A new initiative has Missouri officials hoping to bring more awareness to the dangers of vaping.
In October, Gov. Mike Parson signed an executive order setting the “Clear the Air” campaign into motion. With the Departments of Elementary and Secondary Education, Health and Senior Services and Public Safety, the goal of the campaign is to provide parents, educators and students various resources to better inform them of the risks of vaping through online toolkits and informative videos and graphics.
“DESE’s role in the campaign is really ensuring that we are using all of our existing communication platforms to share this message with our Missouri public school districts and charter schools so that our educators and Missouri families are informed about the vaping epidemic and really how this is affecting our children — both their well-being as well as their academic success,” DESE Communications Coordinator Mallory McGowin said. “Our educators in Missouri schools are seeing this every single day, and so making sure that DESE is helping to put these resources in front of them is the least we can do to help them address this every day.”
Vaping has been around since the mid to late 2000s, Randall Williams, the director of DHSS, said. However, in the last two years, a doubling in the amount of teenagers vaping has been seen.
He added that 90% of people who become addicted to nicotine do so before the age of 21, and the effects of vaping are becoming clearer.
“What the science is showing is that some of the toxins and additives that children can be exposed to when they vape cause damage to areas of their brain that specialize in attention, learning and mood,” McGowin said. “In all of those (campaign) materials, it talks about that the amount of nicotine that one receives while vaping is almost or exactly equivalent to the amount of nicotine that’s in an entire pack of cigarettes. I think there is a misconception by a lot of folks and even some of our families in Missouri that vaping may be a healthier alternative to smoking, and while some may make that case, it’s certainly something we need to make aware that it is not healthy in and of itself with these additives and some toxins that are in there.”
Williams added that 43 deaths have been associated with EVALI (E-Cigarette Vaping Associated Lung Injury) in the U.S., with two of those being in Missouri.
It’s all part of the information that the campaign hopes to relate to families, educators and students across the state.
“We’re being very purposeful working with our advocacy partners: The American Lung Association, the American Heart Association, Missouri State Medical Association, the National Council for Alcohol and Drug Abuse,” Williams said. “But I think the major difference in our campaign is we’re partnering all of those with DESE. The first step was to get out the message, ‘Do not vape if you’re a teenager, and nobody should be vaping vitamin E or tampering with devices using marijuana.’”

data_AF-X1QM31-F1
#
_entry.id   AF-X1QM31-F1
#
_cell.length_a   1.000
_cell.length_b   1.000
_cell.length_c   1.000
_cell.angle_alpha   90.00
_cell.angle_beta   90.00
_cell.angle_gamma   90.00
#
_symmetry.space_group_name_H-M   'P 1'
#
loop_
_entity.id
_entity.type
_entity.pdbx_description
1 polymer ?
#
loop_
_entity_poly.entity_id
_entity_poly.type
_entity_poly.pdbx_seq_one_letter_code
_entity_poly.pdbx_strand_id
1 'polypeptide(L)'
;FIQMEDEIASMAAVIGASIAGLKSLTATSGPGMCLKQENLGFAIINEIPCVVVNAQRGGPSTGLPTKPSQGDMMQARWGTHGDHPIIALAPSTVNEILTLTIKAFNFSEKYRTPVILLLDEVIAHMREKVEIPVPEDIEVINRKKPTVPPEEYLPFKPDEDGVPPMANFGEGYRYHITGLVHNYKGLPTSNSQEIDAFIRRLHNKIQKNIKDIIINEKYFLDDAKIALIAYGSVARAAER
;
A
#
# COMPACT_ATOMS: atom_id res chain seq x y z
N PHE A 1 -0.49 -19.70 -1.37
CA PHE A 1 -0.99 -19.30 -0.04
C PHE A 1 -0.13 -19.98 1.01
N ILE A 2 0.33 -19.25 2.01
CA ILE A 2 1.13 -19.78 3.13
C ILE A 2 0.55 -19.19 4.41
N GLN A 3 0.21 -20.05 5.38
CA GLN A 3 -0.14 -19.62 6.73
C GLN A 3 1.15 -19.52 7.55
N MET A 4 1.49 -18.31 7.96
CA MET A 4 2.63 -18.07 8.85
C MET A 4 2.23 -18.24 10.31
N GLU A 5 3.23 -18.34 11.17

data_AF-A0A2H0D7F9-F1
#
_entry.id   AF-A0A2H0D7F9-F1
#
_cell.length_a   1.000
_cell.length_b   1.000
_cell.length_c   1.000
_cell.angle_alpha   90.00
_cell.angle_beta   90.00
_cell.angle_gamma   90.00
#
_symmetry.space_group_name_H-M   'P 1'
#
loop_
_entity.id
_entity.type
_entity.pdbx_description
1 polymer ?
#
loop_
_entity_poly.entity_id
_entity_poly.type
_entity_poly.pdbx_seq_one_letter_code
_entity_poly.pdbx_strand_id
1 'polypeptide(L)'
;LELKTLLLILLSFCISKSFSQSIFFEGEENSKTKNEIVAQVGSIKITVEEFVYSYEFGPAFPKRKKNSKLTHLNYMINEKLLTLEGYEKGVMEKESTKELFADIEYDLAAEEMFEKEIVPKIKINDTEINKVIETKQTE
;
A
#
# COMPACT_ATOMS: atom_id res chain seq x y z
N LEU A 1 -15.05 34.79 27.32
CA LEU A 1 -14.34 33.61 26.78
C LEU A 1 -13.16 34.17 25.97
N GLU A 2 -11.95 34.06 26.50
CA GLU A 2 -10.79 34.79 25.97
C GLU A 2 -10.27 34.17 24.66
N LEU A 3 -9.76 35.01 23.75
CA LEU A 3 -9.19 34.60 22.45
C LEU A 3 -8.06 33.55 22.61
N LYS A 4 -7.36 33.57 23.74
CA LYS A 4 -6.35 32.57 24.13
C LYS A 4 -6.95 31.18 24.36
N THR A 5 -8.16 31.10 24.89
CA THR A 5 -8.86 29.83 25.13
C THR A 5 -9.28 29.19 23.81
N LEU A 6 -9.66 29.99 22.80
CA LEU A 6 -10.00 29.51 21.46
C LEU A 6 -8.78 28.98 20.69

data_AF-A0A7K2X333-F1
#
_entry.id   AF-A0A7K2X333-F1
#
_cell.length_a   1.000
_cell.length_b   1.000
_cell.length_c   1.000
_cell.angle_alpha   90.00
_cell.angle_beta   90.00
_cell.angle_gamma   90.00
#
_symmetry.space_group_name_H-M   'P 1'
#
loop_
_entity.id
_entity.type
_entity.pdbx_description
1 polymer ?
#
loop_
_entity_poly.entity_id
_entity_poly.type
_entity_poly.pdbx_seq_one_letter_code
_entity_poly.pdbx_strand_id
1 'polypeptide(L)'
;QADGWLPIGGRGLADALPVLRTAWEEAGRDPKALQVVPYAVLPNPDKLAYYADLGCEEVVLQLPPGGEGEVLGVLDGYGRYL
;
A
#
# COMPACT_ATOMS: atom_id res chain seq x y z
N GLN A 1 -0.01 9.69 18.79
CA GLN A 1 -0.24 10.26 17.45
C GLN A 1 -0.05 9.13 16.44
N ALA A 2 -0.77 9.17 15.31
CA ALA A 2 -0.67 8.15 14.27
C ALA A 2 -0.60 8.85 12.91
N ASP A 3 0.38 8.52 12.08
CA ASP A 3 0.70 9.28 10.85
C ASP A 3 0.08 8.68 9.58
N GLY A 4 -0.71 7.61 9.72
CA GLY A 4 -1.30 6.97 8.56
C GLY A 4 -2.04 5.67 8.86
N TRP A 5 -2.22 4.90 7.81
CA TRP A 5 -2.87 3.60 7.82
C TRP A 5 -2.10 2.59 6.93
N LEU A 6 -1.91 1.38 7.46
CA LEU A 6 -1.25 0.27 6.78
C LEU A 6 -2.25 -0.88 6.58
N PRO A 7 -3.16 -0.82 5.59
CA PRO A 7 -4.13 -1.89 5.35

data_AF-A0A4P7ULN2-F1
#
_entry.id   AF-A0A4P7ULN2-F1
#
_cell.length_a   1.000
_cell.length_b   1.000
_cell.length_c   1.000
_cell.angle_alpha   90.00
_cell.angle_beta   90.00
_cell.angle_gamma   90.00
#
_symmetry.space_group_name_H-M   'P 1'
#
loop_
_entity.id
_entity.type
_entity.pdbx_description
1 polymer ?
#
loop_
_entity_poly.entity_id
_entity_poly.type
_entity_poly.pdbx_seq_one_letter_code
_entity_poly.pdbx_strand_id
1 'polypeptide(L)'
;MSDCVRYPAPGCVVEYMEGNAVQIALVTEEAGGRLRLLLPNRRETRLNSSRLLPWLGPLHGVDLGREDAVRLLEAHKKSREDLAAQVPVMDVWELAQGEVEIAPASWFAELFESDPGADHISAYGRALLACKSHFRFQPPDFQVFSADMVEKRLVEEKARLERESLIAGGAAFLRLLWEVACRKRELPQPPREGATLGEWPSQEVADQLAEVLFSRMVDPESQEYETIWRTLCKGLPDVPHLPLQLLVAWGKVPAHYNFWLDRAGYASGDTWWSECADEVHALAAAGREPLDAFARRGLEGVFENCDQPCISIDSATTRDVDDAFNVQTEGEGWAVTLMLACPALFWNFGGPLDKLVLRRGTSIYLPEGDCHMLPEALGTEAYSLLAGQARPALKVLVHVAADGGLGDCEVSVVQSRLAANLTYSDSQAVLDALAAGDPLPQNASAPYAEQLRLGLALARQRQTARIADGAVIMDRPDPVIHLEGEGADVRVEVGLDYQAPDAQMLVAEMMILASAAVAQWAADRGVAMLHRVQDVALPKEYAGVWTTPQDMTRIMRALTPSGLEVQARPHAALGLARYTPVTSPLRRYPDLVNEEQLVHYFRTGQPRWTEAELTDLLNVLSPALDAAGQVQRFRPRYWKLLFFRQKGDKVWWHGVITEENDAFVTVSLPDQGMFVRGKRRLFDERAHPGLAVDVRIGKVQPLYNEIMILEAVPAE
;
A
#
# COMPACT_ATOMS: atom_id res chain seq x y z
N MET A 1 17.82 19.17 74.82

Cessation and treatment options also are included in the campaign’s materials.
And while some initiatives may show signs of fizzling out over a certain period of time, McGowin said that as the issue evolves, so too will the campaign.
“I certainly think that there’s a lot of attention on this right now, and there’s some new information that’s going to be added to the toolkit very soon, if it hasn’t already,” she said. “But I do suspect that, you know, like any public health awareness campaign, this will evolve.”
Williams agreed, saying that the campaign is the start of a process that should push for more robust conversations on the topic.
He added that much of the country seems to be in a sort of data-collection mode regarding e-cigarettes and vaping. Only seven states have banned flavored vaping, while the other 43 have not, he said.
“And I think you’re going to see in the next six months a lot of movement nationally by the federal government, both the legislature and President Trump, around this whole issue of whether or not vaping should be illegal federally for anyone under 21,” Williams said. “I think you’re going to see conversations in both Congress and in Missouri about the flavored vaping, especially the marketing of it to teenagers.”
From a local perspective, the St. Joseph School District’s Superintendent of Schools Dr. Doug Van Zyl said he appreciates the state bringing more attention to vaping as a problem among young people, though educators will have to find the time to incorporate such messages into their days.
“And we hope that parents would partner with us and be checking students’ pockets, backpacks, etc. so those items aren’t making their way to school, because it does take away from the instructional time and from what our administrators and staff can do.”
Van Zyl also said he hopes students and parents take an active role in keeping themselves educated on the effects of vaping going forward.